Doctors are not entirely unlike basketball players, another group of rich and powerful professionals who’ve chosen to defend their rights with unions. “Their job is rough,” says Jim Butler, president of Local 420, which represents many of the hospital staff who toil rungs below the exalted curers. To Butler, physicians’ long hours and grueling responsibilities are in some ways comparable to “sliding across the floor of the Garden on your spine.” More to the point, however, doctors and unskilled health workers are being pressured by the same cost-cutting new bosses: managed-care companies. “It’s like with the ballplayers,” says Butler. “They make money for the owners, so they should get a piece of the action.”
As increasing numbers of docs band
together— and managed care irks more patients and health care workers— Butler’s view is enjoying growing support. But there is more than a little irony in a movement to protect professionals who still rake in far more dough than almost anyone else. Consider that the average worker in Butler’s union makes $22,000 a year, for instance, while the average physician’s income is almost 10 times that.
Physicians made about $200,000 on average in 1996, according to previously released data from the American Medical Association. (The professional organization no longer gives out such numbers, however, because some members worry they are inaccurate and provide fodder for poor-little-rich-doctor jokes. Nowadays the AMA will only say that in 1996 the bottom fourth of physicians had an income of $140,000 or less, while the top quarter made more than $240,000, and emphasize that physicians are typically about $75,000 in debt when they finish medical school.)
Whatever the exact number, the fact that doctors’ earnings invariably hover well above those of other organized workers makes them seem odd union bedfellows. Take the rank and file of the International Association of Machinists, one of the unions now recruiting physicians in New Jersey. According to J. Stephen McLoughlin, administrative director for the physicians’ local within IAM, doctors approached the union themselves after hearing that it had successfully negotiated on behalf of limousine drivers, whose ability to collectively bargain had been in question because of their semi-independent status. “Doctors looked at the limo drivers and said, ‘We’re in the same boat,’ ” says McLoughlin.
Well, sort of. Like the drivers, doctors may have a hard time making the case that they have the right to unionize (according to the National Labor Relations Board, in order to join a union, one has to be classified as an employee— a term that is a questionable fit even for doctors who contract with HMOs). But driving for rich guys they’re not. In fact, contrary to the recent cries of hardship, doctors’ income has actually risen steadily in recent years, dipping only slightly around 1994.
Nevertheless, IAM, which represents low-paid airport workers as well as well-heeled engineers, became convinced that the doctors approaching them were in sufficiently bad financial shape to warrant a union. “We have members who have had to lay off their office staff and bring in wives to run their offices,” says McLoughlin. “It’s a crisis.”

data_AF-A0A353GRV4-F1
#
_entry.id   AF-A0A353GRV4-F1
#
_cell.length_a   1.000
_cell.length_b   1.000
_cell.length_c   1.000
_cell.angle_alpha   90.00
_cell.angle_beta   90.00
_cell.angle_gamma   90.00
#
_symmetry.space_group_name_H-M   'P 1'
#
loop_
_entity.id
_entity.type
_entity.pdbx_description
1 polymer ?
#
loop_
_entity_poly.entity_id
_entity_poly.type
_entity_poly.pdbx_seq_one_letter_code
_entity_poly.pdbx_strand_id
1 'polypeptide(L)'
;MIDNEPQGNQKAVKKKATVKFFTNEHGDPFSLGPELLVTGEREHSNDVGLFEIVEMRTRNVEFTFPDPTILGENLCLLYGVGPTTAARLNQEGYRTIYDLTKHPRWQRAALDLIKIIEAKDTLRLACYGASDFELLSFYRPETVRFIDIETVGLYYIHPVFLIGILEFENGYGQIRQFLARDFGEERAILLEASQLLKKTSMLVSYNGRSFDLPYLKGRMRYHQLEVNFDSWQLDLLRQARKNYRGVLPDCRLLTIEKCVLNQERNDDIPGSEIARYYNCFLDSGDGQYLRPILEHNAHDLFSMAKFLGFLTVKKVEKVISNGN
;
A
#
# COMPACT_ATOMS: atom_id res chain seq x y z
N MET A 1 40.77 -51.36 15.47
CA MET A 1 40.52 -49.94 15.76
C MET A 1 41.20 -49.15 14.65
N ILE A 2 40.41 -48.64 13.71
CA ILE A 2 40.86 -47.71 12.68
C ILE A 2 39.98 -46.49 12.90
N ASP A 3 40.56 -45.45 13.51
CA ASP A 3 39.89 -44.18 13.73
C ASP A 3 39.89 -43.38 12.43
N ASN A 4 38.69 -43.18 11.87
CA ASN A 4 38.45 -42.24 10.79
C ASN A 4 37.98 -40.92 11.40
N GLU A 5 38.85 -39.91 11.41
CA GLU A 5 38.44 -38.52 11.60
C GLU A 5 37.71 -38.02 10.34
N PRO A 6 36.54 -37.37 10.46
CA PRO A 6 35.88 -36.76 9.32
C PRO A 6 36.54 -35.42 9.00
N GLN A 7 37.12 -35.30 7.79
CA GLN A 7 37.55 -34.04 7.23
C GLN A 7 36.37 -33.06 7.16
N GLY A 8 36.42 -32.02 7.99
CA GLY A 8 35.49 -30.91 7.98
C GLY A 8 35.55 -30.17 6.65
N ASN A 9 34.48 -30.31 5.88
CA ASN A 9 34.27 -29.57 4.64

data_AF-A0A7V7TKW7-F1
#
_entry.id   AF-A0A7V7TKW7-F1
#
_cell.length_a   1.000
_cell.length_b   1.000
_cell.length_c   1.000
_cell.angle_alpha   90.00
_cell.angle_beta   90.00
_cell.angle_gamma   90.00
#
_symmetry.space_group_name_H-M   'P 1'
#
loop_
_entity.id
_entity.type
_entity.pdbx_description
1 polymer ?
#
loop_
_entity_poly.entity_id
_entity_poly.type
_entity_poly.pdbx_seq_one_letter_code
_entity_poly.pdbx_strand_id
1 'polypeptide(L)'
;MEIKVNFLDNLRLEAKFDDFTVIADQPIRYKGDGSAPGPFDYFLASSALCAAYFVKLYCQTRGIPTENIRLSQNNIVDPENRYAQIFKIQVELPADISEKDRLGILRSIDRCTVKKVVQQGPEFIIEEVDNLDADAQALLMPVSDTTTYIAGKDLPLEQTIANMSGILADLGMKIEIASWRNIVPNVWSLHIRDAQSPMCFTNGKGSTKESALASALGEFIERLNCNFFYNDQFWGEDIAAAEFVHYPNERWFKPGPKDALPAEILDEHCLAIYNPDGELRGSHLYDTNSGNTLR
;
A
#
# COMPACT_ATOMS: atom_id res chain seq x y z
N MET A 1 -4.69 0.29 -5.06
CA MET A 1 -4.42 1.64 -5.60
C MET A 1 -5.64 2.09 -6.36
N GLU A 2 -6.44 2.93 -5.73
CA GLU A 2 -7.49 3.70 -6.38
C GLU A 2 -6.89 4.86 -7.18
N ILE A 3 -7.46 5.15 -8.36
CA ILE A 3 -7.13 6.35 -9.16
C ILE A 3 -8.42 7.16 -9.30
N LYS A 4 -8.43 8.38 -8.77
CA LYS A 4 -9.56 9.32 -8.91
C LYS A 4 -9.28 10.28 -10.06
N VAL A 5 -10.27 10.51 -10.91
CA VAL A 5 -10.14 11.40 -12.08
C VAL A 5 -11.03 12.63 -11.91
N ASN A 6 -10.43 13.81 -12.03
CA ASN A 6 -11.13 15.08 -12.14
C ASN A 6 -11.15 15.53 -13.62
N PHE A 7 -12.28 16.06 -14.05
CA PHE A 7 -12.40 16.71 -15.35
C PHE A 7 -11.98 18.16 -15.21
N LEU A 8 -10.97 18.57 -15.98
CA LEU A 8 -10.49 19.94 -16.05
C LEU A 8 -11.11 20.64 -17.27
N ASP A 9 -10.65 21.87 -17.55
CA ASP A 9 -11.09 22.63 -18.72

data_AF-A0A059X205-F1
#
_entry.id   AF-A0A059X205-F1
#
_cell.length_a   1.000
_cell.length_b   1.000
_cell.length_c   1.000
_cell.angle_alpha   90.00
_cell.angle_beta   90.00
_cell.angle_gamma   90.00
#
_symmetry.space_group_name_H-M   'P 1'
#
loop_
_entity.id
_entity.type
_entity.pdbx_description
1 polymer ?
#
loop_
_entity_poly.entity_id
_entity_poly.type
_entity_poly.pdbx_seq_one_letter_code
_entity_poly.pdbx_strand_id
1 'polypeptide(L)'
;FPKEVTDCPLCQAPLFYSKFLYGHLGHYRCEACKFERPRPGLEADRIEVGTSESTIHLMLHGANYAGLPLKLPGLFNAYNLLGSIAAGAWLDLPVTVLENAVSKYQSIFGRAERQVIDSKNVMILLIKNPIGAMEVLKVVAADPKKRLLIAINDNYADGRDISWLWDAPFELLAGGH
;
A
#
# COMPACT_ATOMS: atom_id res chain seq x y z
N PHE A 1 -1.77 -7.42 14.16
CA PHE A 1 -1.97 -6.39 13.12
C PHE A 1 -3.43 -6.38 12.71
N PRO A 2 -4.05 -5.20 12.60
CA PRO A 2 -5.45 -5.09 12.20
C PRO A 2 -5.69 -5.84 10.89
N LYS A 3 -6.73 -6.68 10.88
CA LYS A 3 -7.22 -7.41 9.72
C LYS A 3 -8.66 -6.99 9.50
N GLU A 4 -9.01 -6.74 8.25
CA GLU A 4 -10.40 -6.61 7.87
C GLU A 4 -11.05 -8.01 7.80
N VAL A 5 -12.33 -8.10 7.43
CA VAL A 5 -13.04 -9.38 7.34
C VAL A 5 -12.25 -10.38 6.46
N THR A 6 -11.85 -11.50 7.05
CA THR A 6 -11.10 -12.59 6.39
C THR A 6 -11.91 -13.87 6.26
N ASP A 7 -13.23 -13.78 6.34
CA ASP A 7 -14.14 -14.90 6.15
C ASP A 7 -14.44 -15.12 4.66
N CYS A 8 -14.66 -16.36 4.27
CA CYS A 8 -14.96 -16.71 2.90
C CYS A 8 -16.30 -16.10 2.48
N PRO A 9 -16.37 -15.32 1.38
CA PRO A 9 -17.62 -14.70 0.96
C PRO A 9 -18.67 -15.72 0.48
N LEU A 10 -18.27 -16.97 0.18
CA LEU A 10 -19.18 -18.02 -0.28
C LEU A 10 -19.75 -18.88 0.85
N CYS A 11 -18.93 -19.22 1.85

The crisis, such as it is, is as much about shoring up medical authority as it is about money. Doctors don’t just happen to be among the most esteemed and well-compensated professionals in the country— it takes doing. The AMA spent more money than any other organization lobbying Congress in ’97. And the growing unions are also engaging in turf battles as well as fighting for higher pay. The Doctors Council, a union that represents 3400 New York City doctors, for instance, still boasts to potential members that it won doctors the exclusive legal right to sign off on death certificates (a move that even live patients are unlikely to care about).
Some of the battles unionized doctors are taking on will, on the other hand, be of great benefit to patients. One of the doctors’ biggest struggles is to control their own schedules and have more leisurely appointments (i.e., longer than 7.5 minutes). And if the nascent movement ever does buck managed care, patients might once again be able to choose their own doctors, something many patients seem to prefer.
Some doctors’ unions are even expressly public-oriented. The Committee of Interns and Residents, the nation’s oldest doctors’ union, is working to spare patients encounters with zomboid surgeons and ER docs by pushing for hospitals to abide by the law limiting medical interns and residents to 80-hour workweeks. And the Doctors Council lobbies for funding for local clinics and school health programs, which employ their members but also provide needed public services.
But both groups tread carefully when it comes to the matter of strikes, arguably the most powerful tool of labor. A doctors’ strike is a much scarier prospect than a Saturday night with no ball game. Barry Liebowitz, president of the Doctors Council, dismisses strikes as extremely unlikely. But the doctor and labor leader stops short of assuring patients that strikes won’t ever happen. “Why give away a very potent weapon unless you get guarantees in return?”
This article from the Village Voice Archive was posted on February 16, 1999